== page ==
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Tuesday, 11 February 2020 11:12

Silence Is Golden: Not Just For the Movies

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AMC Theatres used to play a clip before movies that told audiences “Please don’t spoil the movie by adding your own soundtrack” and “Silence is Golden”. The same guidelines should be issued to potential criminal suspects: “Please don’t spoil your defense by adding your own statements. Silence is golden.”

“Silence is golden” is not the only part of the movie experience that applies to criminal defense. If you have viewed films involving law enforcement or crime you are undoubtedly familiar with the concept of a suspect being read the Miranda warning, beginning with “you have the right to remain silent.”

It is critical that you exercise that right whether you are approached by the police, have reason to believe you are under investigation, or have been arrested. The only time you should open your mouth in those circumstances is to seek the advice of an experienced criminal defense attorney.

Miranda Rights Explained

“Miranda” refers to the 1966 court case of Miranda v. Arizona, which found that the Fifth and Sixth amendment rights of a suspect had been violated. Police officers began clearly informing suspects of their rights when placed under arrest after Miranda in order to avoid similar outcomes in the future.

The text of the Miranda warning is always similar to the following: “You have the right to remain silent. Anything you say can be used against you in court. You have the right to talk to a lawyer for advice before we ask you any questions. You have the right to have a lawyer with you during questioning. If you cannot afford a lawyer, one will be appointed for you before any questioning if you wish. If you decide to answer questions now without a lawyer present, you have the right to stop answering at any time.”

“So I shouldn’t talk to the police at all without an attorney?”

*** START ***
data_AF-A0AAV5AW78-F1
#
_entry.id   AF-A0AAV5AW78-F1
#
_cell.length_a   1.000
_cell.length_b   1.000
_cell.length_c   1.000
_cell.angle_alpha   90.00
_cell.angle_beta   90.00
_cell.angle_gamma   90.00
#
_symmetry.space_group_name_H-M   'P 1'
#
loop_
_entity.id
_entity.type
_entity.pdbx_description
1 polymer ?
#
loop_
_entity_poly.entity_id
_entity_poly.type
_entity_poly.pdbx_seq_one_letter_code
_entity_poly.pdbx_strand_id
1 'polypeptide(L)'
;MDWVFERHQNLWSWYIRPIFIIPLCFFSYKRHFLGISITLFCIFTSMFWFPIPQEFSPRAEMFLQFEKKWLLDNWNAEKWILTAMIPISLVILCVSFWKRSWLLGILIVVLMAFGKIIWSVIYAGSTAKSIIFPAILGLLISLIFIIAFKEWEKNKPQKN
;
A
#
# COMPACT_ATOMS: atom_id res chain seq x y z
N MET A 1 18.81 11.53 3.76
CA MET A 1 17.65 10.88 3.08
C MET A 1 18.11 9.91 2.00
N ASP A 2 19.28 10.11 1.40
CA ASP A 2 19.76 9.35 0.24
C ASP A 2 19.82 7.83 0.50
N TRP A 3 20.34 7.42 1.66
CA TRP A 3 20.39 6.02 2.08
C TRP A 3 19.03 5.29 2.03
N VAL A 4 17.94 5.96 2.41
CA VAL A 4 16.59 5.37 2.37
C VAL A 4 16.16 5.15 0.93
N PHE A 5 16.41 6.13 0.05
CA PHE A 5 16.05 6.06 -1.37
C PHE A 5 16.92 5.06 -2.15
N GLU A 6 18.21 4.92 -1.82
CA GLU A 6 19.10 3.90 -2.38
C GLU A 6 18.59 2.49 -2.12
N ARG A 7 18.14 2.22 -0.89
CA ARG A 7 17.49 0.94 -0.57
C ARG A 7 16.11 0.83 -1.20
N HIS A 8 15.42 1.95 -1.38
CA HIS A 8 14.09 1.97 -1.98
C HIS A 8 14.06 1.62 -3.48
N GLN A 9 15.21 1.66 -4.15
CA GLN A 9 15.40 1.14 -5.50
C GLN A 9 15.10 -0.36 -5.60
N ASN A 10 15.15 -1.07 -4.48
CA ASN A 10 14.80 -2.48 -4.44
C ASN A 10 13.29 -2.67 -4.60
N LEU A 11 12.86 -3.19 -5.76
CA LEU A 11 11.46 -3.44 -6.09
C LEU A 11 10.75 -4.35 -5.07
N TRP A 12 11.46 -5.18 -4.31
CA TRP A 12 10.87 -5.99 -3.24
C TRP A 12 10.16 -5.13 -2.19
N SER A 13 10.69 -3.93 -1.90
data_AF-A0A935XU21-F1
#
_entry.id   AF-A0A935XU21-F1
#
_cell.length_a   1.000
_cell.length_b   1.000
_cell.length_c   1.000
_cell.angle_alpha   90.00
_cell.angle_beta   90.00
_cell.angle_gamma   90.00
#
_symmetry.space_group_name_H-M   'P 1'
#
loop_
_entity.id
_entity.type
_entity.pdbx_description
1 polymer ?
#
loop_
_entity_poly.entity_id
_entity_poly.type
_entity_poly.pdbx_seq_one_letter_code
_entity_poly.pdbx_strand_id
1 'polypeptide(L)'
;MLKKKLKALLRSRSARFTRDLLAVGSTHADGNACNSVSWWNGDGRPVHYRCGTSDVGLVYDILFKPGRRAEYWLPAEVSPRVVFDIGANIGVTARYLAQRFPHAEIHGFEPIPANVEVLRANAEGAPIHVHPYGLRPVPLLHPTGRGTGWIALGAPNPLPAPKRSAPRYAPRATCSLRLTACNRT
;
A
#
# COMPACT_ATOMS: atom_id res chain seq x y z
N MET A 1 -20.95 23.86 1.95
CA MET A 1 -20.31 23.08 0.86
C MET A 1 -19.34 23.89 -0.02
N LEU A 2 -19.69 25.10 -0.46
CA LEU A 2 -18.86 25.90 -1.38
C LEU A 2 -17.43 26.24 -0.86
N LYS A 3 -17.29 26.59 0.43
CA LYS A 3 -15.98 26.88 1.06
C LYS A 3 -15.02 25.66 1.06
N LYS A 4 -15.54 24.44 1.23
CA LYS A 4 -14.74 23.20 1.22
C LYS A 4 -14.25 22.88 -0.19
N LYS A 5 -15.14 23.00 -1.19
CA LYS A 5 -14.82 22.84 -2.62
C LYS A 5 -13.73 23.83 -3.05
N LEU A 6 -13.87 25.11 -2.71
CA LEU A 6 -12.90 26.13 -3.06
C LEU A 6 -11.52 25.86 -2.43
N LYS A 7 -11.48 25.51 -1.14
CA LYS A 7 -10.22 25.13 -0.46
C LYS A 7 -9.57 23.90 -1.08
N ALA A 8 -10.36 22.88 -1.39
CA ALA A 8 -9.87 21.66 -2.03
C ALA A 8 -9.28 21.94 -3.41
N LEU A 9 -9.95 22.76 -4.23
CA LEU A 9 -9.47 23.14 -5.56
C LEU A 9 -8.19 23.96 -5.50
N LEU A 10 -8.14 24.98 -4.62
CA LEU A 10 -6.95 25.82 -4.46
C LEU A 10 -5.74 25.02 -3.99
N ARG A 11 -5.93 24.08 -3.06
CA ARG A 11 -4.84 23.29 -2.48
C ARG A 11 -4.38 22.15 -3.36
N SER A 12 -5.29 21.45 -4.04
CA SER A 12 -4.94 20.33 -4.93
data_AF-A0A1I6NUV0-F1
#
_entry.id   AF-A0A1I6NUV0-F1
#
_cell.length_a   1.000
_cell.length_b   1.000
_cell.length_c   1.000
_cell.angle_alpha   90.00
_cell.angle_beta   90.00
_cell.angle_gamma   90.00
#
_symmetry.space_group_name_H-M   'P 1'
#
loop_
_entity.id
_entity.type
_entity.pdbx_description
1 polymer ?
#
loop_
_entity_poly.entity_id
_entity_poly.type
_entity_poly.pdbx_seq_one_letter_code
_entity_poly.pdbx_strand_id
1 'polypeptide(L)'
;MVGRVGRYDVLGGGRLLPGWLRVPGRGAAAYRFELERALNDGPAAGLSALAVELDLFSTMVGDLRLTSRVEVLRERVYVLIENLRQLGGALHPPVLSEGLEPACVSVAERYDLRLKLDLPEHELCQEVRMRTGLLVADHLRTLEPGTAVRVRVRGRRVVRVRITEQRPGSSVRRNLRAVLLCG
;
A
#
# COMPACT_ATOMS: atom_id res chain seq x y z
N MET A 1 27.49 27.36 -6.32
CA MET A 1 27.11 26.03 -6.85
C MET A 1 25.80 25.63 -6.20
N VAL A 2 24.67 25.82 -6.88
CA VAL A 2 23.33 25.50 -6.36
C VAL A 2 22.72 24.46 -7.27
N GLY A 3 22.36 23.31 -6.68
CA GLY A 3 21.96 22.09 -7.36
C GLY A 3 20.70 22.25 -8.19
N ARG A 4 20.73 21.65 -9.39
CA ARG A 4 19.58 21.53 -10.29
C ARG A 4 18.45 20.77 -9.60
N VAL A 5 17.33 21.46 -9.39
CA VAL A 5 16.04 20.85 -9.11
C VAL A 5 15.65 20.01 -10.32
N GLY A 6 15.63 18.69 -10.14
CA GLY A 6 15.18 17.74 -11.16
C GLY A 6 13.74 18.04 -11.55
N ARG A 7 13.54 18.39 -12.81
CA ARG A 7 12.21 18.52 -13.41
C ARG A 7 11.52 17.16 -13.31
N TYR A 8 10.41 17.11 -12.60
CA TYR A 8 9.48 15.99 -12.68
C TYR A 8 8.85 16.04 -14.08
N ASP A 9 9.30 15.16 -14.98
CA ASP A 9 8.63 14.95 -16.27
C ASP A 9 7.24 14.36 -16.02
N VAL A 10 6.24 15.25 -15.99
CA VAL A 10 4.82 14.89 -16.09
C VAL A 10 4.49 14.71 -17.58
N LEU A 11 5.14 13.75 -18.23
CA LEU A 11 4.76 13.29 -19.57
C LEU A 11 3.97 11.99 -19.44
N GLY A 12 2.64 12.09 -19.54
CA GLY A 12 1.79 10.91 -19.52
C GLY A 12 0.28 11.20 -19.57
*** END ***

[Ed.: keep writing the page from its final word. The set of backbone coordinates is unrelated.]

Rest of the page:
Correct.

Even if you are 100 percent sure you have done nothing wrong. Even saying “I didn’t do it” can cause problems in your defense and lead to further questions from investigators such as “You didn’t do it? So you admit that there is an it we should be concerned with?”

When it comes to criminal defense and your rights, you don’t know what you don’t know, and what you don’t know can hurt you dearly. Even if you believe what you have to say is exculpatory there is still a chance it could further complicate your defense or lead to further trouble. On the other hand, keeping your mouth shut while you wait for your attorney to arrive has a zero percent chance of making your situation worse.

Patience Pays When Your Rights Are On the Line

It can be excruciatingly difficult not to speak up in your own defense when accused of a crime. Be patient. Once your attorney arrives you can say as much as you’d like in a private setting free from the possibility of damaging your defense prospects.

The Big Exception

Generally, whether you are the subject of heinous allegations or pulled over on suspicion of DUI, the only words worth saying about where you were or what you were doing are “I would like to speak to a lawyer.” Bear in mind, however, that if you are asked to submit to an evidentiary test of your blood, breath or urine after being arrested for a drunk driving offense, your answer does NOT fall within the Miranda rules and you could lose your driving privileges by simply saying “no” to such a request. These cases present complicated scenarios that require the analysis of an attorney with significant expertise in this area of law, so you should consult with an attorney as soon as possible. Asking to speak with your lawyer, or any statement indicating that you may not be consenting to an evidentiary test, will likely be considered a refusal with drastic consequences, so remember the big exception to the rule if you find yourself in such a situation.

Birdsall Obear & Associates LLC


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